Wednesday, April 17, 2019

Central, Southern and Mid-Atlantic States Under The Gun (Again)














#14,013


While the Atlantic Hurricane season is still 6 weeks away, we have the annual onslaught of severe spring weather to deal with - and as the NOAA SPC (Storm Prediction Center) forecast map (above) shows - the next three days could be very active.
Spring tornadoes have already claimed 27 lives in 2019, in what has already been a moderately active season.
https://www.spc.noaa.gov/climo/torn/fatalmap.php

While 2018 only saw 10 tornado-related deaths - in 2011, 555 people died across the United States from twisters - making it the 2nd deadliest season on record.

https://www.spc.noaa.gov/climo/torn/STATIJ11.txt

Last Friday, in It Happens Every Spring - 2019 Edition, we looked at tornado safety, and so I won't rehash those topics again today. 
Suffice to say that if you live or work (or will travel through) any of the areas in any of the areas forecast to see severe weather the next three days, you should be prepared to move to a safe location should conditions threaten.
April and May are the most active tornado months for our southern states, while in June and July the action moves more into the Midwest and upper Midwest. But the truth is, tornadoes - and severe weather - can occur anytime, and just about anywhere.

In 2012 the CDC’s MMWR issued an analysis of the 2011's massive tornado outbreak, one that stressed the importance of safe rooms.  Due to the length of the report, I’ve only reproduced a few excerpts.

Follow the link to read:

Tornado-Related Fatalities — Five States, Southeastern United States, April 25–28, 2011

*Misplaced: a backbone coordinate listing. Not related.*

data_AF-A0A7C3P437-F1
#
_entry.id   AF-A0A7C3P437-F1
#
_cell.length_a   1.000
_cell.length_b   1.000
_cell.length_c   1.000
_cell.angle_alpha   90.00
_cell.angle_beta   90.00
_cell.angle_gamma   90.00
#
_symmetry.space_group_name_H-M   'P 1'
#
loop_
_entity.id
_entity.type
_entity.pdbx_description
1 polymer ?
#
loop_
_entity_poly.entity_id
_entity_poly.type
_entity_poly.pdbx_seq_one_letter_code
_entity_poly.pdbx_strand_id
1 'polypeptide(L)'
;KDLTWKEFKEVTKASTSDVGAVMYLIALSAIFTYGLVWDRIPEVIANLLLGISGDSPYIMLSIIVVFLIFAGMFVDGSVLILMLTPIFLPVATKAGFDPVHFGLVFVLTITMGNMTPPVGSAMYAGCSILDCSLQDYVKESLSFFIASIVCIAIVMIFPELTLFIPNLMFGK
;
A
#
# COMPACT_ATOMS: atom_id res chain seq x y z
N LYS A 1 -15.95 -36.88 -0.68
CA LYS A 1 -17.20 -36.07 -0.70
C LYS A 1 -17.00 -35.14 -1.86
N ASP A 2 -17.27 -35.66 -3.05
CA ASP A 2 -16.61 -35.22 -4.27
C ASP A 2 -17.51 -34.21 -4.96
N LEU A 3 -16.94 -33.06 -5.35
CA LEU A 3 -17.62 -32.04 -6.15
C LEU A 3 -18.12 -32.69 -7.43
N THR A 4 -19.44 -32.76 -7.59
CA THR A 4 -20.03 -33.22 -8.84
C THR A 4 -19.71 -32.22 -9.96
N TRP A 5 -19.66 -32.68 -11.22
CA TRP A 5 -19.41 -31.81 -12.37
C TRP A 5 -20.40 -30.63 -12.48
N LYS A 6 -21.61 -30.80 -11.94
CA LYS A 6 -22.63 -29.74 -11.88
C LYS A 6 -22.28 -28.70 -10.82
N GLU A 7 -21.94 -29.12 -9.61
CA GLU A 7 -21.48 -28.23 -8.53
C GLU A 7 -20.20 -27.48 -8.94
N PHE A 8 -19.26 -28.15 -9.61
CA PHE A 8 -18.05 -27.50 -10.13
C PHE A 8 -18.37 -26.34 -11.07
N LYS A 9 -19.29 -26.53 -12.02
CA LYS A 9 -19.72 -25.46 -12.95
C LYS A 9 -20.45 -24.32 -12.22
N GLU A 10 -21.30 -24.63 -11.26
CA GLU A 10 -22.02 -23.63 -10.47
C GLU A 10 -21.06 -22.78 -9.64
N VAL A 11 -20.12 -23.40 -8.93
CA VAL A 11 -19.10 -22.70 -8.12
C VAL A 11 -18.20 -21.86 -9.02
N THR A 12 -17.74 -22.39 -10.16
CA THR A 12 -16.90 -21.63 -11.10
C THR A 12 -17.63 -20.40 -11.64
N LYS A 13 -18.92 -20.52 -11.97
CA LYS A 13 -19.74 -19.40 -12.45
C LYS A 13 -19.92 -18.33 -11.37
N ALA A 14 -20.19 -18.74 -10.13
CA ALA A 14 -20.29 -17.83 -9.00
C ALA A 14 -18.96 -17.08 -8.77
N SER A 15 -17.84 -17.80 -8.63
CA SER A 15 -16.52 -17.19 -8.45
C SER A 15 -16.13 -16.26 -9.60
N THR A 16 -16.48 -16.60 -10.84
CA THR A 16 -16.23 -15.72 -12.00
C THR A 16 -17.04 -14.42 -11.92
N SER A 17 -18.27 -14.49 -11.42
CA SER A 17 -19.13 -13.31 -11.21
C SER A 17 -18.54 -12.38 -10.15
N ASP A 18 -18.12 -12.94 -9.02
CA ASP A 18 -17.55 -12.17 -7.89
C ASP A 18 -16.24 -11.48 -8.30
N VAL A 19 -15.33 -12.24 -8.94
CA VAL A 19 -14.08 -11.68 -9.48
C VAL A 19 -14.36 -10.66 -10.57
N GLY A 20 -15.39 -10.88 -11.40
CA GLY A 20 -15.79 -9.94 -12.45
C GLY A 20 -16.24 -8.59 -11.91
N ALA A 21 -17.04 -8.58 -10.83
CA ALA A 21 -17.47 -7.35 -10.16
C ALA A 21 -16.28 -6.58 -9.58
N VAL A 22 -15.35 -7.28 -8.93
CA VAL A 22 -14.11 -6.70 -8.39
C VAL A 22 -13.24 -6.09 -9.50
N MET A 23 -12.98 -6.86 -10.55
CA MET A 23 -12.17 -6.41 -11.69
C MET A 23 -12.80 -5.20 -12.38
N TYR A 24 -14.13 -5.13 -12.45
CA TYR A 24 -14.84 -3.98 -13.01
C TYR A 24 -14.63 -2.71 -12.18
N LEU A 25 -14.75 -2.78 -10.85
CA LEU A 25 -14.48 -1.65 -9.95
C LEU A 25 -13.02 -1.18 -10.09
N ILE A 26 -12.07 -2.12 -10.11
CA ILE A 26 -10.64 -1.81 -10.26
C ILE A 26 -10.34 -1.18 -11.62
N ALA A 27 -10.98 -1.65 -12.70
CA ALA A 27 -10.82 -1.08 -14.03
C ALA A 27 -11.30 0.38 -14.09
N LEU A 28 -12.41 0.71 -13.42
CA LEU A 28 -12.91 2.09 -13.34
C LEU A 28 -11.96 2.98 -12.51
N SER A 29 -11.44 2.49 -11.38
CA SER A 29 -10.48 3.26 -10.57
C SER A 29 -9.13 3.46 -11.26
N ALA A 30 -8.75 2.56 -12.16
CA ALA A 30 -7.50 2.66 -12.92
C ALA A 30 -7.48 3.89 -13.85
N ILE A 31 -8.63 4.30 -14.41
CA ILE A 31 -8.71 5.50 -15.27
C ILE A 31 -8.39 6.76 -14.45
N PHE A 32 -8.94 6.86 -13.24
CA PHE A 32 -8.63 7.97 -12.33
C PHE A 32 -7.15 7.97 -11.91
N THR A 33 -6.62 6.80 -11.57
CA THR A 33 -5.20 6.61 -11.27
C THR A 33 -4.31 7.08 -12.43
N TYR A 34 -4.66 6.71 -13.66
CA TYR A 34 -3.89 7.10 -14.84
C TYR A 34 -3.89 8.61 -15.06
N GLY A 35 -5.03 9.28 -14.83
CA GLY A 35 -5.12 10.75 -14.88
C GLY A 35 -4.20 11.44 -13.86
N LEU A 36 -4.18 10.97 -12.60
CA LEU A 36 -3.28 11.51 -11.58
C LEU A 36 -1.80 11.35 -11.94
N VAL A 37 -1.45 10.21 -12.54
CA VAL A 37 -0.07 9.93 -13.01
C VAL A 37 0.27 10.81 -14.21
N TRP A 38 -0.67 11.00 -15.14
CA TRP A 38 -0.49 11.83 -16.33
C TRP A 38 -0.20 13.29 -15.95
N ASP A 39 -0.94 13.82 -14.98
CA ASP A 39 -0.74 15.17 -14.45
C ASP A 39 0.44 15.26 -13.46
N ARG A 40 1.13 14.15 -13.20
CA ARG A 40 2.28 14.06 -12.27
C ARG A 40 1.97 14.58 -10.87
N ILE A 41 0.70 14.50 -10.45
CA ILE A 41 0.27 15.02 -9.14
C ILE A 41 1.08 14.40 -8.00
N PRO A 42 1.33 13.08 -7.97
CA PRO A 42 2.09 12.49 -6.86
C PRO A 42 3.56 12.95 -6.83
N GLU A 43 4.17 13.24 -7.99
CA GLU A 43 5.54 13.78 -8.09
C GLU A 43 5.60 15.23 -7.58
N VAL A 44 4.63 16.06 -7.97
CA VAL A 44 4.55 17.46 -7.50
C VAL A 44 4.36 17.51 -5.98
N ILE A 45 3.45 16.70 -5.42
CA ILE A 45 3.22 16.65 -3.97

July 20, 2012 / 61(28);529-533
(Media Synopsis)
Individuals who work or live in a tornado-prone area should develop a tornado safety plan prior to severe weather.
During April 25–28, 2011, the third deadliest tornado disaster occurred in the southeastern U.S. despite modern advances in tornado forecasting, advanced warning times, and media coverage.  CDC reviewed data from the American Red Cross, death certificates and the National Weather Service to describe the fatalities by demographic characteristics, shelter used, cause of death, and tornado severity in the affected states of Alabama, Arkansas, Georgia, Mississippi and Tennessee. Of the 338 deaths, approximately one-third were older adults, almost half occurred in single-family homes, and a quarter happened in mobile homes.  One-half of the 27 tornadoes were rated powerful (EF-4 or EF-5) and were responsible for almost 90 percent of the deaths. The use of safe rooms is crucial to preventing tornado-related deaths.
(Continue . . . .)

FEMA has a good deal of advice on exactly how to construct a safe room – either above or below ground.
Residential Safe Rooms

The information below will help you understand how having a safe room in your home can protect your family and save the lives of those you care about.
Find answers to your Questions about Building a Safe Room, including:
  • What is the cost of installing a safe room?
  • Can I install a safe room in an existing home?
  • Can I build the safe room myself?
  • Where is the best location for the safe room?
  • Where can I find plans for safe room construction?
And more....

Building a Safe Room in Your House

For more details about how you can build a safe room in your home, go to the FEMA P- 320, Taking Shelter from the Storm: Building a Safe Room for Your Home or Small Business page before downloading it from the FEMA Library. 

While not a small, or inexpensive project, having a safe room during a tornado, or hurricane, can be lifesaving.        

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